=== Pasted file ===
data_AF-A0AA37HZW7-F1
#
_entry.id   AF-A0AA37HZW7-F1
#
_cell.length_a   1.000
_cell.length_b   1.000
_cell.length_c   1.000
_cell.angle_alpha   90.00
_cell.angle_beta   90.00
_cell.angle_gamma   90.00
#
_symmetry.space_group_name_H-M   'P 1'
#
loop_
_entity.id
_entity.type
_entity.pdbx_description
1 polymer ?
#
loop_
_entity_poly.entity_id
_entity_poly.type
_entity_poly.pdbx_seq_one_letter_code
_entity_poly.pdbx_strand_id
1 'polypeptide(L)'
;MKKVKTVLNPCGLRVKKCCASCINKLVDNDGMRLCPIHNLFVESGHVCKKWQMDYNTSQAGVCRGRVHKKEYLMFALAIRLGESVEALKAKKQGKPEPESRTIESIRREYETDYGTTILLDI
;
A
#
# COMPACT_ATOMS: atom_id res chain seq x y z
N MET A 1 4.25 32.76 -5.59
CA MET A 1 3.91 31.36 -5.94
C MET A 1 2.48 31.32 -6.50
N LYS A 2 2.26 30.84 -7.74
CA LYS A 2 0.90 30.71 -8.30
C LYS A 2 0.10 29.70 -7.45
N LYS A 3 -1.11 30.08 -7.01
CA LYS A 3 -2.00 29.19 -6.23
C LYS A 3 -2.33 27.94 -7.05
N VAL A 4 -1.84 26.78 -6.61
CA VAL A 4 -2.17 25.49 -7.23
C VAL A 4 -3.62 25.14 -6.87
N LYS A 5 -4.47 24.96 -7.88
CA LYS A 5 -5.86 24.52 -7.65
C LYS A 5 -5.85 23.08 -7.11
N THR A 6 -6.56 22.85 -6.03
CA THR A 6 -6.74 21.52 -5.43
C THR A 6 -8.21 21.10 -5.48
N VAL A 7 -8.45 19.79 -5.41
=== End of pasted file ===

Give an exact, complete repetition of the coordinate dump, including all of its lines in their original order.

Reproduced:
data_AF-A0AA37HZW7-F1
#
_entry.id   AF-A0AA37HZW7-F1
#
_cell.length_a   1.000
_cell.length_b   1.000
_cell.length_c   1.000
_cell.angle_alpha   90.00
_cell.angle_beta   90.00
_cell.angle_gamma   90.00
#
_symmetry.space_group_name_H-M   'P 1'
#
loop_
_entity.id
_entity.type
_entity.pdbx_description
1 polymer ?
#
loop_
_entity_poly.entity_id
_entity_poly.type
_entity_poly.pdbx_seq_one_letter_code
_entity_poly.pdbx_strand_id
1 'polypeptide(L)'
;MKKVKTVLNPCGLRVKKCCASCINKLVDNDGMRLCPIHNLFVESGHVCKKWQMDYNTSQAGVCRGRVHKKEYLMFALAIRLGESVEALKAKKQGKPEPESRTIESIRREYETDYGTTILLDI
;
A
#
# COMPACT_ATOMS: atom_id res chain seq x y z
N MET A 1 4.25 32.76 -5.59
CA MET A 1 3.91 31.36 -5.94
C MET A 1 2.48 31.32 -6.50
N LYS A 2 2.26 30.84 -7.74
CA LYS A 2 0.90 30.71 -8.30
C LYS A 2 0.10 29.70 -7.45
N LYS A 3 -1.11 30.08 -7.01
CA LYS A 3 -2.00 29.19 -6.23
C LYS A 3 -2.33 27.94 -7.05
N VAL A 4 -1.84 26.78 -6.61
CA VAL A 4 -2.17 25.49 -7.23
C VAL A 4 -3.62 25.14 -6.87
N LYS A 5 -4.47 24.96 -7.88
CA LYS A 5 -5.86 24.52 -7.65
C LYS A 5 -5.85 23.08 -7.11
N THR A 6 -6.56 22.85 -6.03
CA THR A 6 -6.74 21.52 -5.43
C THR A 6 -8.21 21.10 -5.48
N VAL A 7 -8.45 19.79 -5.41